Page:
For Obama, the failure on gun control was now a symptom of the country’s larger political disease, one that he had hoped to cure but has paradoxically grown worse on his watch. “The problem is that there’s a big gap between who we are as people and how our politics expresses itself,” he said. “You get a negative feedback loop . . . then the public withdraws, and you get even worse political gridlock and polarization.”
If Obama sought to curb gun violence through direct legislative action in Washington, he has chosen a more indirect route on race. His own political ascendancy showed how the United States had changed and seemed to offer the promise of a post-racial nation.
Few anticipated that his presence in the White House would become a flashpoint for racial anxiety as well. “If you are a white man in America, this country is changing dramatically. You have always been in charge,” said a senior administration official who spoke on the condition of anonymity be candid. “So there is something to white men feeling like something has been taken away from them.”
That awareness has bred a sense of caution, one heightened during the first months of Obama’s presidency when he criticized a white police officer who confronted Harvard University professor Henry Louis Gates Jr., who is black.
Since then, Obama has spoken about race in fits and starts, gradually becoming more explicit. He compared himself to black teenager Trayvon Martin, who was killed in Florida, and after the riots in Baltimore urged Americans to search their souls on the question of race.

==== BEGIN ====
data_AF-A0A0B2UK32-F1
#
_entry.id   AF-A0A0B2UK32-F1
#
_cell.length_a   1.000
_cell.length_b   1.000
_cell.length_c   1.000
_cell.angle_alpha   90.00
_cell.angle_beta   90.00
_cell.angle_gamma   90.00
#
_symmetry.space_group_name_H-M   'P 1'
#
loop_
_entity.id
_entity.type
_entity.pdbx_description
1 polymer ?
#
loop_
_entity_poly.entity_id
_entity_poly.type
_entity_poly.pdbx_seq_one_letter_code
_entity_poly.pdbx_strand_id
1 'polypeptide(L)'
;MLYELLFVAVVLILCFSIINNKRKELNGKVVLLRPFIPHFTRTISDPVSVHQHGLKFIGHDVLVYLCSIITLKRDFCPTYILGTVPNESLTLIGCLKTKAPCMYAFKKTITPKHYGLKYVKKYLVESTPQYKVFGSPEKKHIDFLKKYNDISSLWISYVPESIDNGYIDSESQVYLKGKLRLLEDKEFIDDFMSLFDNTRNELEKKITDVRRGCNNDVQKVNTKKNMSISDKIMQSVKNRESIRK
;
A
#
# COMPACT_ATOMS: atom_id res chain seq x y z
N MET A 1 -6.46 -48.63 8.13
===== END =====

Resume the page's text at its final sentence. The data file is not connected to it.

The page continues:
After the Charleston killings, he talked about the long shadow of slavery, Jim Crow and discrimination that exists “in almost every institution of our lives.”
“It’s not just a matter of it not being polite to say ‘n-----’ in public,” Obama said in the podcast interview, his first public use of the epithet as president.
The conversation showed that he has become more at ease talking about race. “I know what I’m doing, and I’m fearless,” Obama said, reflecting on the confidence that comes from six years of experience.
But he still recognizes the risk that his intervention can backfire. On the question of whether to remove the Confederate flag from the South Carolina capitol grounds, he stayed largely silent. “Good point, Mitt,” he tweeted Saturday after his 2012 GOP presidential rival called for the flag to be taken down.
Aides cited South Carolina Gov. Nikki Haley’s call for the battle flag’s removal as a sign of progress. “It just shows what can happen quickly when the American people let their voices be heard loudly and clearly,” White House senior adviser Valerie Jarrett said.
Obama’s prescriptions for racial reconciliation have focused on modest and largely noncontroversial policy initiatives. “Early childhood education works,” he said in the podcast interview. “That’s one way to break the legacy of racism and poverty.” In his remarks before the Conference of Mayors last week, Obama touted his My Brother’s Keeper initiative, which provides grants to programs aimed at young men of color.
The small advances, however, haven’t erased his larger frustrations with Washington.
“Congress doesn’t work the way it should,” Obama said at a fundraiser held last week at the home of actor and filmmaker Tyler Perry. “Issues are left untended. Folks are more interested in scoring political points than getting things done.”
The system was still broken. Even during the early and optimistic days of his presidency, Obama reminded the group, he never promised to fix Washington alone.
“I didn’t say, ‘Yes, I can,’ ” he said. “I said — what?”
In 2008, stadiums full of people screamed it. Now it fell to a small party of wealthy Democrats to sing the chorus.
“Yes, we can,” they said.